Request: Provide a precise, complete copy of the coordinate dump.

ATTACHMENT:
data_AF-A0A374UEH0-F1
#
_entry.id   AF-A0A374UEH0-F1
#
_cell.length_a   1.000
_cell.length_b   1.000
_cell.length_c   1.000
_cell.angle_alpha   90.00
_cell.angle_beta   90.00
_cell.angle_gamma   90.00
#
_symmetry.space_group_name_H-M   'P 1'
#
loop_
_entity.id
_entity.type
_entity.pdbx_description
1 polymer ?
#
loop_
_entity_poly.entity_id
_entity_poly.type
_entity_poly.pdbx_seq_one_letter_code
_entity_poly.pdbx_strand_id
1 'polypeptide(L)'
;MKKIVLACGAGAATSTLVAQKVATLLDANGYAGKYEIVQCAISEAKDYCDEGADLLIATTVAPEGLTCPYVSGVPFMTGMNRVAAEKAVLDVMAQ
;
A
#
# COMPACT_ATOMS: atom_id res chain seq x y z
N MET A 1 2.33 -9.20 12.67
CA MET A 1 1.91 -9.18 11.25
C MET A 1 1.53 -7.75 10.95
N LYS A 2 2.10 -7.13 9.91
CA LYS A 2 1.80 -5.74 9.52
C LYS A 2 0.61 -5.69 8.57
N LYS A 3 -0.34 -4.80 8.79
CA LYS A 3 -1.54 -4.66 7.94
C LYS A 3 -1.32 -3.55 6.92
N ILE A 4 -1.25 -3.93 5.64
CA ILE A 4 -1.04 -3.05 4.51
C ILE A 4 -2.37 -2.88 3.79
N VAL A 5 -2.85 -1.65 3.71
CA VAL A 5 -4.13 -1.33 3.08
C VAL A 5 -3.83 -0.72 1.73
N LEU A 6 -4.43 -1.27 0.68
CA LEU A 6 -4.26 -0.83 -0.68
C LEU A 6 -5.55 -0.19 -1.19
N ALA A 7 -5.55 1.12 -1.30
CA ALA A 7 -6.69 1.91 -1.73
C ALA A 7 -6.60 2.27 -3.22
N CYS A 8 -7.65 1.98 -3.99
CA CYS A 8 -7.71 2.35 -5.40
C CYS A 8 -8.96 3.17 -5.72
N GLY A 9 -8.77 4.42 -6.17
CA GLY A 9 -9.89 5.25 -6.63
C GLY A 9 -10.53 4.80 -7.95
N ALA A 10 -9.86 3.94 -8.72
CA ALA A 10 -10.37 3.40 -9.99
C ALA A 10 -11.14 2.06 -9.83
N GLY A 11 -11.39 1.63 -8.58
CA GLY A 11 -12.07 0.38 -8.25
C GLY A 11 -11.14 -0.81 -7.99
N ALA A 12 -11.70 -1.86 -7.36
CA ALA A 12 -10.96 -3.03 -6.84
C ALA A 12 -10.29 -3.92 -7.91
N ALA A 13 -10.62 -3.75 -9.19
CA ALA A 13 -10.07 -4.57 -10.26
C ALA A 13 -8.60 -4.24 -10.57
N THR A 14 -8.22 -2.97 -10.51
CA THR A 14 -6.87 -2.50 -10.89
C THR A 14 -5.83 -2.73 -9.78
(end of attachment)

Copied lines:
data_AF-A0A374UEH0-F1
#
_entry.id   AF-A0A374UEH0-F1
#
_cell.length_a   1.000
_cell.length_b   1.000
_cell.length_c   1.000
_cell.angle_alpha   90.00
_cell.angle_beta   90.00
_cell.angle_gamma   90.00
#
_symmetry.space_group_name_H-M   'P 1'
#
loop_
_entity.id
_entity.type
_entity.pdbx_description
1 polymer ?
#
loop_
_entity_poly.entity_id
_entity_poly.type
_entity_poly.pdbx_seq_one_letter_code
_entity_poly.pdbx_strand_id
1 'polypeptide(L)'
;MKKIVLACGAGAATSTLVAQKVATLLDANGYAGKYEIVQCAISEAKDYCDEGADLLIATTVAPEGLTCPYVSGVPFMTGMNRVAAEKAVLDVMAQ
;
A
#
# COMPACT_ATOMS: atom_id res chain seq x y z
N MET A 1 2.33 -9.20 12.67
CA MET A 1 1.91 -9.18 11.25
C MET A 1 1.53 -7.75 10.95
N LYS A 2 2.10 -7.13 9.91
CA LYS A 2 1.80 -5.74 9.52
C LYS A 2 0.61 -5.69 8.57
N LYS A 3 -0.34 -4.80 8.79
CA LYS A 3 -1.54 -4.66 7.94
C LYS A 3 -1.32 -3.55 6.92
N ILE A 4 -1.25 -3.93 5.64
CA ILE A 4 -1.04 -3.05 4.51
C ILE A 4 -2.37 -2.88 3.79
N VAL A 5 -2.85 -1.65 3.71
CA VAL A 5 -4.13 -1.33 3.08
C VAL A 5 -3.83 -0.72 1.73
N LEU A 6 -4.43 -1.27 0.68
CA LEU A 6 -4.26 -0.83 -0.68
C LEU A 6 -5.55 -0.19 -1.19
N ALA A 7 -5.55 1.12 -1.30
CA ALA A 7 -6.69 1.91 -1.73
C ALA A 7 -6.60 2.27 -3.22
N CYS A 8 -7.65 1.98 -3.99
CA CYS A 8 -7.71 2.35 -5.40
C CYS A 8 -8.96 3.17 -5.72
N GLY A 9 -8.77 4.42 -6.17
CA GLY A 9 -9.89 5.25 -6.63
C GLY A 9 -10.53 4.80 -7.95
N ALA A 10 -9.86 3.94 -8.72
CA ALA A 10 -10.37 3.40 -9.99
C ALA A 10 -11.14 2.06 -9.83
N GLY A 11 -11.39 1.63 -8.58
CA GLY A 11 -12.07 0.38 -8.25
C GLY A 11 -11.14 -0.81 -7.99
N ALA A 12 -11.70 -1.86 -7.36
CA ALA A 12 -10.96 -3.03 -6.84
C ALA A 12 -10.29 -3.92 -7.91
N ALA A 13 -10.62 -3.75 -9.19
CA ALA A 13 -10.07 -4.57 -10.26
C ALA A 13 -8.60 -4.24 -10.57
N THR A 14 -8.22 -2.97 -10.51
CA THR A 14 -6.87 -2.50 -10.89
C THR A 14 -5.83 -2.73 -9.78